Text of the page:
Dario Argento’s Suspiria is a Giallo classic, famous for its lurid colors and expression of feminine repression and power. Luca Guadagnino’s Suspiria—less a remake and more a reimagining—is going to be famous for its marathon length and multiple good performances from Tilda Swinton. Wisely, Guadagnino doesn’t try to copy or even live up to Argento’s work, but instead he pivots Suspiria on its axis and makes it about…something. It’s a frustratingly opaque film, less invested in its women than Argento’s version and yet not focused on anything specifically enough by Guadagnino to make as bold a mark as its predecessor. The ending is metal as f-ck, but getting there will test your patience and your bladder as the film clocks in at an indulgent 152 minutes.
The basic frame remains the same: Susie Bannion (Dakota Johnson, as usual doing great work with Guadagnino) arrives at an elite dance company in Germany only to find something wicked this way comes. Another dancer has vanished mysteriously, and the women who run the company are more than they seem. The action moves to Berlin, though, and is set in 1977—the year of the original film—and there Guadagnino wedges in a whole other movie that really has nothing to do with Susie and the dance company. Oh, he makes a tenuous connection, as psychiatrist Dr. Klemperer (Tilda Swinton) is treating Patricia (Chloe Grace Moretz), the hysterical, paranoid and politically active dancer who goes missing. But Klemperer’s story is superfluous to Susie’s, or Susie is superfluous to Klemperer’s. The two never really match up and the split focus doesn’t help either protagonist or the run time.
There is a lot to admire about Suspiria, as Guadagnino stuffs it with visions and violently evocative—or sometimes just plain violent—dance sequences. And his use of the color red, though much toned down from Argento’s vision, is interesting. For most of the film the only real color comes from Susie’s Titian red hair. Titian red is such an interesting color, which Titian wielded as a duality, bestowing it on the Madonna and Venus alike, and using it to unite the sacred and the profane. That duality is present in Suspiria, and it plays directly into the symbolism of women’s hair as a signifier of femininity and also power.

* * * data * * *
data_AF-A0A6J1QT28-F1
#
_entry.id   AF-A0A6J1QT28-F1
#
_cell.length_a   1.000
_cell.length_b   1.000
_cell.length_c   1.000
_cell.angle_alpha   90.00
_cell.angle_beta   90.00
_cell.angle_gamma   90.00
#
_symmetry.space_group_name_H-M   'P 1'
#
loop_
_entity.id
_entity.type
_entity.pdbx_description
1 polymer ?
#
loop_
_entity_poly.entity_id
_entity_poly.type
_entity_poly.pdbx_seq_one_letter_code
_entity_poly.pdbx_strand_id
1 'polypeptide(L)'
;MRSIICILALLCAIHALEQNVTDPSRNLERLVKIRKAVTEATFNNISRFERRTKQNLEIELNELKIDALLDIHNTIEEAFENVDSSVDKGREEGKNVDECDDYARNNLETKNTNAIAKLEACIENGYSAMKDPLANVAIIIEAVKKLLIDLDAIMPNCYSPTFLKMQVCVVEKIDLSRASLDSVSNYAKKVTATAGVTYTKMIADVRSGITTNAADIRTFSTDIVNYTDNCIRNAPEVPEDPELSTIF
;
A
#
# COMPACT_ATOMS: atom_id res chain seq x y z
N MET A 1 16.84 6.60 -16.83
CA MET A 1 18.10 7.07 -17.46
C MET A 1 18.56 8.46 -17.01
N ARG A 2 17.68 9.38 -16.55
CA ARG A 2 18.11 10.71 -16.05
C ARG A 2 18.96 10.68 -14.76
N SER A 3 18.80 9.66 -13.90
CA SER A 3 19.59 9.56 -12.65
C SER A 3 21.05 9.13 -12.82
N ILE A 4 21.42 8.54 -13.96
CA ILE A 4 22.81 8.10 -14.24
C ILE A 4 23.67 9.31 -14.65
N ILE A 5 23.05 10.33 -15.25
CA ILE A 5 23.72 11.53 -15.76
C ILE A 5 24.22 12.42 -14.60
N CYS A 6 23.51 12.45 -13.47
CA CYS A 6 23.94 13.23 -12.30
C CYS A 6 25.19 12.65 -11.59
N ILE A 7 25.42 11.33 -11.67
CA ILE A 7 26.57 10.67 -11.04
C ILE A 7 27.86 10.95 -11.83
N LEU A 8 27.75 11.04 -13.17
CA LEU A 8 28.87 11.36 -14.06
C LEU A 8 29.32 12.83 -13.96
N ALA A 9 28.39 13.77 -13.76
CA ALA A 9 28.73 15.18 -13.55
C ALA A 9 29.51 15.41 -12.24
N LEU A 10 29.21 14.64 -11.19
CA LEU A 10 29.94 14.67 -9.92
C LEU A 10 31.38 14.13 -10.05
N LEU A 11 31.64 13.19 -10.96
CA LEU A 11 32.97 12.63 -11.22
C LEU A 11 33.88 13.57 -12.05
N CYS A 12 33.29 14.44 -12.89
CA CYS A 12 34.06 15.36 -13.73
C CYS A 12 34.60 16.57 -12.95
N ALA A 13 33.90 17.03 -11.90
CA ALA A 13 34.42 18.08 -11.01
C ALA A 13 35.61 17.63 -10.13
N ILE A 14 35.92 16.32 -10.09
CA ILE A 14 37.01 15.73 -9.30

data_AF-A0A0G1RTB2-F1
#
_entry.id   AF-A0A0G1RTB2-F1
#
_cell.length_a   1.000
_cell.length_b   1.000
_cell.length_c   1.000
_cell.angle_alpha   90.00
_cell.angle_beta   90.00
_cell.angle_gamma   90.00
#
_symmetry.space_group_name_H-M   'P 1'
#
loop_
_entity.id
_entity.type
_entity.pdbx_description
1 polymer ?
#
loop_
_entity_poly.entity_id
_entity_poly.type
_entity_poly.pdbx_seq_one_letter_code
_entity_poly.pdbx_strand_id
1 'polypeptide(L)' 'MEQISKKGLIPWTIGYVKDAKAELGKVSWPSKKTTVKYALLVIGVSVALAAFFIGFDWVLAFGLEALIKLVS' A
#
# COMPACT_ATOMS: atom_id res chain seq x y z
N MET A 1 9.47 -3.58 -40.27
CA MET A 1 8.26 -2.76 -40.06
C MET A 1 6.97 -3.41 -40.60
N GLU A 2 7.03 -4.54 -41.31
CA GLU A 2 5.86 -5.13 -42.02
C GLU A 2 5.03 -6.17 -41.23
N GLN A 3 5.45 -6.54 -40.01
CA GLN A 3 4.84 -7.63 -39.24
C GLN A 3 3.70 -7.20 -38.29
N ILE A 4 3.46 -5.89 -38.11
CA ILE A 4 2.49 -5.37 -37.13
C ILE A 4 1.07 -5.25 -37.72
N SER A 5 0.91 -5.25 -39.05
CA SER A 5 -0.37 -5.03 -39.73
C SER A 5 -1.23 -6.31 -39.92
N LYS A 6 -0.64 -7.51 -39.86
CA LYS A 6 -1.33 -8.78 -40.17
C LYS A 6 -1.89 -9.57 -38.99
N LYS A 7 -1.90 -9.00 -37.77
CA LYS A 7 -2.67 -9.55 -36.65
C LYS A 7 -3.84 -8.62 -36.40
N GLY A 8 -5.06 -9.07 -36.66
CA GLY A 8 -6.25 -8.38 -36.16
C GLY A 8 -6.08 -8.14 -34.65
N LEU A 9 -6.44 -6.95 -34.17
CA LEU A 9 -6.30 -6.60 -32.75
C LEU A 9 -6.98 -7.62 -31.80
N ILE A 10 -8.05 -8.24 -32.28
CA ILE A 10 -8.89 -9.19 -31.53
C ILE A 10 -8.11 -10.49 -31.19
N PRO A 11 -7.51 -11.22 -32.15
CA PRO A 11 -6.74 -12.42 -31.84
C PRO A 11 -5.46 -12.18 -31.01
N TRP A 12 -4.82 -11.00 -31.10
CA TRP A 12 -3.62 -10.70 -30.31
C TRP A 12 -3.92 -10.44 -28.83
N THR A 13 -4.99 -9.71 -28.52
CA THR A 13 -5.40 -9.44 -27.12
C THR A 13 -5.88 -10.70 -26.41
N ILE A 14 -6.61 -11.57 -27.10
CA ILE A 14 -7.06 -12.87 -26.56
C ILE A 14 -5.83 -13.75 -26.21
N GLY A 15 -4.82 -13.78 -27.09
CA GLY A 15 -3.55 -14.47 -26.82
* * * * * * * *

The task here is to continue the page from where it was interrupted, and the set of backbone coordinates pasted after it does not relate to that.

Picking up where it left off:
But there is also a lot to irritate in Suspiria, starting with the overstuffed double narrative. With his attention divided by an almost totally unrelated story (that seems to exist only to contextualize Berlin in 1977 as a political moment), Guadagnino does less well by his female characters than he should. Everyone outside of Susie and Madame Blanc (Tilda Swinton) are cardboard cutouts, which in turn makes a couple graphic sequences of suffering come off as exploitative. And even Susie and Blanc have their cartoonish moments. If it weren’t for Johnson and Swinton being as capable as they are, Suspiria might be unwatchable.
There will certainly be fans of Guadagnino’s Suspiria. It has enough intention and quirks to prompt discussion, but its run time and self-serious pretention are equally likely to turn people off. The wild ending makes up for a lot, but it’s weird enough that, again, some people just won’t like it. (It’s also not as hard a turn from “esoteric artsy film about, maybe, nothing” to “holy f-ck welcome to metal town” as Mandy.) It won’t be as divisive as mother! simply because Suspiria isn’t trying to piss you off, but it will definitely split audiences in a similar way. It’s not Guadagnino’s best movie, but it’s not a bad movie, either. It might even be good, if you squint hard enough.